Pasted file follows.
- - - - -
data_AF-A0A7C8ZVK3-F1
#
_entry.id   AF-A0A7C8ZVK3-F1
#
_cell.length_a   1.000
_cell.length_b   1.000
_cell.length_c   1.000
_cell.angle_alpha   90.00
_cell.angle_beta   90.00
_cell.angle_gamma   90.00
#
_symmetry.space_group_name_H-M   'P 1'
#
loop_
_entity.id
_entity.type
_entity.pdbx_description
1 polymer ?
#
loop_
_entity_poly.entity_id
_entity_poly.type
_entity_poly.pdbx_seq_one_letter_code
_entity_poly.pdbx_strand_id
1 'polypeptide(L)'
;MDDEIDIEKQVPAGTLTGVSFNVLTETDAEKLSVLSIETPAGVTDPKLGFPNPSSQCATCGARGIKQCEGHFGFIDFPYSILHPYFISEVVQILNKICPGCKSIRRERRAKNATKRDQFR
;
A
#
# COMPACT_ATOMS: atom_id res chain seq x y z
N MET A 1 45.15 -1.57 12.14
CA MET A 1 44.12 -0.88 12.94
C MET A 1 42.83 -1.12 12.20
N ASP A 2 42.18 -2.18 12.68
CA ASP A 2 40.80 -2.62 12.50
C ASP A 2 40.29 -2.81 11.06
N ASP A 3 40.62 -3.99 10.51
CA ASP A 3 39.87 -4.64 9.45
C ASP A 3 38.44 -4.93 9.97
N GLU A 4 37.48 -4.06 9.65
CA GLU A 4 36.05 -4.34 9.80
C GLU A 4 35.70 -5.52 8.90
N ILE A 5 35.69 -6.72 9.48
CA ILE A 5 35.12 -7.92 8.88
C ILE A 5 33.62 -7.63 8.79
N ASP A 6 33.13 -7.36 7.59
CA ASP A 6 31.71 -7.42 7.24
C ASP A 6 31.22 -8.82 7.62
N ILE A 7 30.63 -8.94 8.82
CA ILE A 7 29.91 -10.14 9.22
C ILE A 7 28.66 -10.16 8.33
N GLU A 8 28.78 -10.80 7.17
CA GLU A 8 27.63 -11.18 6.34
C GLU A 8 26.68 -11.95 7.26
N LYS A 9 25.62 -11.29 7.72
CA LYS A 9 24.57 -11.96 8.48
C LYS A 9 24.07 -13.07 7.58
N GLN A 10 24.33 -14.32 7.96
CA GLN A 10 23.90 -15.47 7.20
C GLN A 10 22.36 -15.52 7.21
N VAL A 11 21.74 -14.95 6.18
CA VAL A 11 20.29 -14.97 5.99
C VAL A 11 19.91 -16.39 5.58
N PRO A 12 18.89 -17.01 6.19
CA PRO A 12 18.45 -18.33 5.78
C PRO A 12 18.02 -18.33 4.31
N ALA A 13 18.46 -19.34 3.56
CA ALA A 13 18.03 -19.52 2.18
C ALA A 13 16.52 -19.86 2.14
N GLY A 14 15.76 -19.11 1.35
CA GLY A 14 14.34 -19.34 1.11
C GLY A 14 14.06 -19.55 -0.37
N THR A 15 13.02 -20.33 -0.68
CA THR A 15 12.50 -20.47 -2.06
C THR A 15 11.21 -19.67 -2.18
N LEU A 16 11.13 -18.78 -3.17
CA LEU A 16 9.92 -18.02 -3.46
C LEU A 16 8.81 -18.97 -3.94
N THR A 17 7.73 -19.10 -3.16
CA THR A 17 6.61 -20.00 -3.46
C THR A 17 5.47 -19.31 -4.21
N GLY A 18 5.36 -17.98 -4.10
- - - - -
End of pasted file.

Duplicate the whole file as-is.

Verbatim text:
data_AF-A0A7C8ZVK3-F1
#
_entry.id   AF-A0A7C8ZVK3-F1
#
_cell.length_a   1.000
_cell.length_b   1.000
_cell.length_c   1.000
_cell.angle_alpha   90.00
_cell.angle_beta   90.00
_cell.angle_gamma   90.00
#
_symmetry.space_group_name_H-M   'P 1'
#
loop_
_entity.id
_entity.type
_entity.pdbx_description
1 polymer ?
#
loop_
_entity_poly.entity_id
_entity_poly.type
_entity_poly.pdbx_seq_one_letter_code
_entity_poly.pdbx_strand_id
1 'polypeptide(L)'
;MDDEIDIEKQVPAGTLTGVSFNVLTETDAEKLSVLSIETPAGVTDPKLGFPNPSSQCATCGARGIKQCEGHFGFIDFPYSILHPYFISEVVQILNKICPGCKSIRRERRAKNATKRDQFR
;
A
#
# COMPACT_ATOMS: atom_id res chain seq x y z
N MET A 1 45.15 -1.57 12.14
CA MET A 1 44.12 -0.88 12.94
C MET A 1 42.83 -1.12 12.20
N ASP A 2 42.18 -2.18 12.68
CA ASP A 2 40.80 -2.62 12.50
C ASP A 2 40.29 -2.81 11.06
N ASP A 3 40.62 -3.99 10.51
CA ASP A 3 39.87 -4.64 9.45
C ASP A 3 38.44 -4.93 9.97
N GLU A 4 37.48 -4.06 9.65
CA GLU A 4 36.05 -4.34 9.80
C GLU A 4 35.70 -5.52 8.90
N ILE A 5 35.69 -6.72 9.48
CA ILE A 5 35.12 -7.92 8.88
C ILE A 5 33.62 -7.63 8.79
N ASP A 6 33.13 -7.36 7.59
CA ASP A 6 31.71 -7.42 7.24
C ASP A 6 31.22 -8.82 7.62
N ILE A 7 30.63 -8.94 8.82
CA ILE A 7 29.91 -10.14 9.22
C ILE A 7 28.66 -10.16 8.33
N GLU A 8 28.78 -10.80 7.17
CA GLU A 8 27.63 -11.18 6.34
C GLU A 8 26.68 -11.95 7.26
N LYS A 9 25.62 -11.29 7.72
CA LYS A 9 24.57 -11.96 8.48
C LYS A 9 24.07 -13.07 7.58
N GLN A 10 24.33 -14.32 7.96
CA GLN A 10 23.90 -15.47 7.20
C GLN A 10 22.36 -15.52 7.21
N VAL A 11 21.74 -14.95 6.18
CA VAL A 11 20.29 -14.97 5.99
C VAL A 11 19.91 -16.39 5.58
N PRO A 12 18.89 -17.01 6.19
CA PRO A 12 18.45 -18.33 5.78
C PRO A 12 18.02 -18.33 4.31
N ALA A 13 18.46 -19.34 3.56
CA ALA A 13 18.03 -19.52 2.18
C ALA A 13 16.52 -19.86 2.14
N GLY A 14 15.76 -19.11 1.35
CA GLY A 14 14.34 -19.34 1.11
C GLY A 14 14.06 -19.55 -0.37
N THR A 15 13.02 -20.33 -0.68
CA THR A 15 12.50 -20.47 -2.06
C THR A 15 11.21 -19.67 -2.18
N LEU A 16 11.13 -18.78 -3.17
CA LEU A 16 9.92 -18.02 -3.46
C LEU A 16 8.81 -18.97 -3.94
N THR A 17 7.73 -19.10 -3.16
CA THR A 17 6.61 -20.00 -3.46
C THR A 17 5.47 -19.31 -4.21
N GLY A 18 5.36 -17.98 -4.10